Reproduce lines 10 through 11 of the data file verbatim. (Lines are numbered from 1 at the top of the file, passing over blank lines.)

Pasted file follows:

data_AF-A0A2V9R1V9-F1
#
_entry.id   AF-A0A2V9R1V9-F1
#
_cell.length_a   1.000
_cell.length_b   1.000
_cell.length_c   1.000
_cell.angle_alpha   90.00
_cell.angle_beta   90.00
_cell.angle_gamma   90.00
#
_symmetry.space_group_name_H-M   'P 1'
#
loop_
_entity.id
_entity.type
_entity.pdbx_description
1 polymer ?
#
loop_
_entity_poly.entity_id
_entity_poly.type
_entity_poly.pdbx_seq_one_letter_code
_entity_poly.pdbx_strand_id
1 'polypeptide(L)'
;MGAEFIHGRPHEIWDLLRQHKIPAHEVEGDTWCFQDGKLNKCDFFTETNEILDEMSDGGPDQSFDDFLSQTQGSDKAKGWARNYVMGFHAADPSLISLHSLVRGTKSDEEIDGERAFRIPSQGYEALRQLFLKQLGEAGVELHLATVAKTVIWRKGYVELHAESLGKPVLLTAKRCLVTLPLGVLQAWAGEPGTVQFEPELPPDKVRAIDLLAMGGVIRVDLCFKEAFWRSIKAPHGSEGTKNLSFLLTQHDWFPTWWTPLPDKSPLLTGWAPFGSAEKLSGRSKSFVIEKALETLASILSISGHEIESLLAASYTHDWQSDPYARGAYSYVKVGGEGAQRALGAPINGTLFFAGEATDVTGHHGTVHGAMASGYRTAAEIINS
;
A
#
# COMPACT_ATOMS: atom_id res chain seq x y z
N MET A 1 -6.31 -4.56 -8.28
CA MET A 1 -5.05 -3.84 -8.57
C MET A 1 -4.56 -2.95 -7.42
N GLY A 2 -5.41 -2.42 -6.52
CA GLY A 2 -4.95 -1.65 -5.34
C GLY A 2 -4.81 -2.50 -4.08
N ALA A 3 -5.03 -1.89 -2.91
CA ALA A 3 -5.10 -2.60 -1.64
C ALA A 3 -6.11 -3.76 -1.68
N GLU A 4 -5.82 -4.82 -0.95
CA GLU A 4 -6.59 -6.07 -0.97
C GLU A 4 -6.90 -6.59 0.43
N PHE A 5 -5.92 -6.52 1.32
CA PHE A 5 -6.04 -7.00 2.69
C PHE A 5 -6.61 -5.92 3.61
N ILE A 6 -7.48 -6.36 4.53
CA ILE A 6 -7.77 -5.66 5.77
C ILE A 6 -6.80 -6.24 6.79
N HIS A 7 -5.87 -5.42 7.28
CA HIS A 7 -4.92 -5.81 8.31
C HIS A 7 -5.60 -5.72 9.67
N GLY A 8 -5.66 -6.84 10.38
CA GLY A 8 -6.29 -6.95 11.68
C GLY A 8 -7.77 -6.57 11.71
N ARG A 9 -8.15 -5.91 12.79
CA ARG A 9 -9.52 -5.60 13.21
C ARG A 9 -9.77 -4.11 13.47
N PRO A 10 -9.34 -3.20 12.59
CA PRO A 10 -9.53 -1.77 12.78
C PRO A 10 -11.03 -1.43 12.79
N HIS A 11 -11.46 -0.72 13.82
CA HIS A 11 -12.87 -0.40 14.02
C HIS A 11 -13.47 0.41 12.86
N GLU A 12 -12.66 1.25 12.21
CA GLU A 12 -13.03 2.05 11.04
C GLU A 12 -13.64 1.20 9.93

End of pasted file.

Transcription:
_cell.angle_gamma   90.00
#